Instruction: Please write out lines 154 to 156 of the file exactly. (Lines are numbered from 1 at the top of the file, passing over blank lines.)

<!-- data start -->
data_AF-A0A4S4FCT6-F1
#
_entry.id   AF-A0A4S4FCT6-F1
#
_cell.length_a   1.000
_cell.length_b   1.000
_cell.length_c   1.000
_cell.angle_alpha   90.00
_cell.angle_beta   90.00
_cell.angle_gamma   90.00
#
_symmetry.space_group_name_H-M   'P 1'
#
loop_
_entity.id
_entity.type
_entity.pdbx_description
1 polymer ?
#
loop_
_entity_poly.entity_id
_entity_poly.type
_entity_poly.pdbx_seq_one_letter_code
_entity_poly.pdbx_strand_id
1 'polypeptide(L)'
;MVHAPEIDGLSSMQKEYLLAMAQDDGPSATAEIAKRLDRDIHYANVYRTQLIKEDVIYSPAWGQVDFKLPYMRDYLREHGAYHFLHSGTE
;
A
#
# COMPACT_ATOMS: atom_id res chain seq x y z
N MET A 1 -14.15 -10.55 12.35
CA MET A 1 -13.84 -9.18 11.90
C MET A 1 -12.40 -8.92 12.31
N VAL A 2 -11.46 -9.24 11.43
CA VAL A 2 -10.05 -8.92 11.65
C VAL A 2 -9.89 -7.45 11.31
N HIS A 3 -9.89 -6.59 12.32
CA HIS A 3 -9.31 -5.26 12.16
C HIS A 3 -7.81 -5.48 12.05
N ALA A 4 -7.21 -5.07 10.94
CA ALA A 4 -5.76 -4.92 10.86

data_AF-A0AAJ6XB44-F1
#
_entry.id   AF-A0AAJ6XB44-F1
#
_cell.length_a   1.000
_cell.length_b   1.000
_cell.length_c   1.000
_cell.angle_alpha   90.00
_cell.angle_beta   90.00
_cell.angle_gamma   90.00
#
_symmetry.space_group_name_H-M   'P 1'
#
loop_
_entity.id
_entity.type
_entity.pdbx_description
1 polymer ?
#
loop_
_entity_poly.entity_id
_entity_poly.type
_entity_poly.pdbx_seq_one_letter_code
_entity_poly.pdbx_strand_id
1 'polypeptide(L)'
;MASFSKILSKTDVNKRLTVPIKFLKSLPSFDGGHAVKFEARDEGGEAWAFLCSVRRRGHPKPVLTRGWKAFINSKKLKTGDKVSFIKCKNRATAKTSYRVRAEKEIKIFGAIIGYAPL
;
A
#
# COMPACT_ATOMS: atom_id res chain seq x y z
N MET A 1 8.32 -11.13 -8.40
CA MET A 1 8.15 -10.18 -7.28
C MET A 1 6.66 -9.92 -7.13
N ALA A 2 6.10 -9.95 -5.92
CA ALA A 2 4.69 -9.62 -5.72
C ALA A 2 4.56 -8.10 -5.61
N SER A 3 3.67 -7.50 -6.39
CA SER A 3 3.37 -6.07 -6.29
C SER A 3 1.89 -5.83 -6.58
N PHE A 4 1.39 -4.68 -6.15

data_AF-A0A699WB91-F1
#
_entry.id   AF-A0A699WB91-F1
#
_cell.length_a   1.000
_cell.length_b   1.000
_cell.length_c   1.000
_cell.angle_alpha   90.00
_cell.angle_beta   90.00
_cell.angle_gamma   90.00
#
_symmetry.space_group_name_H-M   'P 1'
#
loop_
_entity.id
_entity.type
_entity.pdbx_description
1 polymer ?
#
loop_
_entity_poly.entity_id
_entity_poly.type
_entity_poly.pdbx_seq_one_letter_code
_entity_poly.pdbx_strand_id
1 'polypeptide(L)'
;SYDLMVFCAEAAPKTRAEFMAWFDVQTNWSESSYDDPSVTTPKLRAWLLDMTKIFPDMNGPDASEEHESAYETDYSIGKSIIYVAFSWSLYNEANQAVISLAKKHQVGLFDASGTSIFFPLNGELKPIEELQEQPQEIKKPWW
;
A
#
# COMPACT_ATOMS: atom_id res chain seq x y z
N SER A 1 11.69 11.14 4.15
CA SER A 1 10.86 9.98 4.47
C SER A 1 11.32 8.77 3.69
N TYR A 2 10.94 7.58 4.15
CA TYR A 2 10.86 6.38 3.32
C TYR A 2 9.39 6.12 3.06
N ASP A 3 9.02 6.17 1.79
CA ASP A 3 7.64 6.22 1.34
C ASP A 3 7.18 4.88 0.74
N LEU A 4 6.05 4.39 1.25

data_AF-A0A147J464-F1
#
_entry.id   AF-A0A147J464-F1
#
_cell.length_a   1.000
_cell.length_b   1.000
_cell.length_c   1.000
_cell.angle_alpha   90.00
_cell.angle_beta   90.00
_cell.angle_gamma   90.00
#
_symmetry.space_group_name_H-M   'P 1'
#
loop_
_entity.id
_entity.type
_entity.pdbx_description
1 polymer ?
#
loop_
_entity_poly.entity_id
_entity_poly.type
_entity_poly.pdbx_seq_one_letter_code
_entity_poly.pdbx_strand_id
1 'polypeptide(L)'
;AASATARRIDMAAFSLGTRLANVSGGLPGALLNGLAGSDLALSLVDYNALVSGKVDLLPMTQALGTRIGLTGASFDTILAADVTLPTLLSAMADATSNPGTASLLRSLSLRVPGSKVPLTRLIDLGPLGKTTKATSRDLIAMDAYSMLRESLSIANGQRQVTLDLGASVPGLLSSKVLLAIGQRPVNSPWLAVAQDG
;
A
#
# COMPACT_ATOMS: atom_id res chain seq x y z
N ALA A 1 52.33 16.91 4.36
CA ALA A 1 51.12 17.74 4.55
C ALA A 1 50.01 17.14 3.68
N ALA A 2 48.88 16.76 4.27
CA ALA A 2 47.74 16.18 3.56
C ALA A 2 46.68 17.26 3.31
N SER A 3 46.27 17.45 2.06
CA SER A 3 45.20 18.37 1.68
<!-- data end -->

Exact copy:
C ALA A 1 50.01 17.14 3.68
N ALA A 2 48.88 16.76 4.27
CA ALA A 2 47.74 16.18 3.56